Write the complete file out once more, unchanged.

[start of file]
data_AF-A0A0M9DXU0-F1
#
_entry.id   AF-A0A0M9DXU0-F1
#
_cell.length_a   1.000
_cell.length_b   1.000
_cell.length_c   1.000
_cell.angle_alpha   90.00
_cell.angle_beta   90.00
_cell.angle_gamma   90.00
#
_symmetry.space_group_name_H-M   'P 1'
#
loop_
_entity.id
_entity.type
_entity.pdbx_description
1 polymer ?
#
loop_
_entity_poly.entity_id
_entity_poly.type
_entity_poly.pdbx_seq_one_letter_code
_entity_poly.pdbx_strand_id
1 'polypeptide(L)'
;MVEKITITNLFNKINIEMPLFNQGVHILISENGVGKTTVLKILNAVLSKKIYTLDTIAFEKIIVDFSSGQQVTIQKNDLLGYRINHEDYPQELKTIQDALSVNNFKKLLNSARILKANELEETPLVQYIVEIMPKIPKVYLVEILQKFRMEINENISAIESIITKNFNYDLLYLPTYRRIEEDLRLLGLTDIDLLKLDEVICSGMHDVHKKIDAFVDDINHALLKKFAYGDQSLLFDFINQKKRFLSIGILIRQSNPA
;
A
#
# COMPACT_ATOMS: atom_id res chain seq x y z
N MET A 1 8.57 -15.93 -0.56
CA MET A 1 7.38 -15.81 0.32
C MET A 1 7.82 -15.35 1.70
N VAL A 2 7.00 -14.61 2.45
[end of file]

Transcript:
data_AF-A0A0M9DXU0-F1
#
_entry.id   AF-A0A0M9DXU0-F1
#
_cell.length_a   1.000
_cell.length_b   1.000
_cell.length_c   1.000
_cell.angle_alpha   90.00
_cell.angle_beta   90.00
_cell.angle_gamma   90.00
#
_symmetry.space_group_name_H-M   'P 1'
#
loop_
_entity.id
_entity.type
_entity.pdbx_description
1 polymer ?
#
loop_
_entity_poly.entity_id
_entity_poly.type
_entity_poly.pdbx_seq_one_letter_code
_entity_poly.pdbx_strand_id
1 'polypeptide(L)'
;MVEKITITNLFNKINIEMPLFNQGVHILISENGVGKTTVLKILNAVLSKKIYTLDTIAFEKIIVDFSSGQQVTIQKNDLLGYRINHEDYPQELKTIQDALSVNNFKKLLNSARILKANELEETPLVQYIVEIMPKIPKVYLVEILQKFRMEINENISAIESIITKNFNYDLLYLPTYRRIEEDLRLLGLTDIDLLKLDEVICSGMHDVHKKIDAFVDDINHALLKKFAYGDQSLLFDFINQKKRFLSIGILIRQSNPA
;
A
#
# COMPACT_ATOMS: atom_id res chain seq x y z
N MET A 1 8.57 -15.93 -0.56
CA MET A 1 7.38 -15.81 0.32
C MET A 1 7.82 -15.35 1.70
N VAL A 2 7.00 -14.61 2.45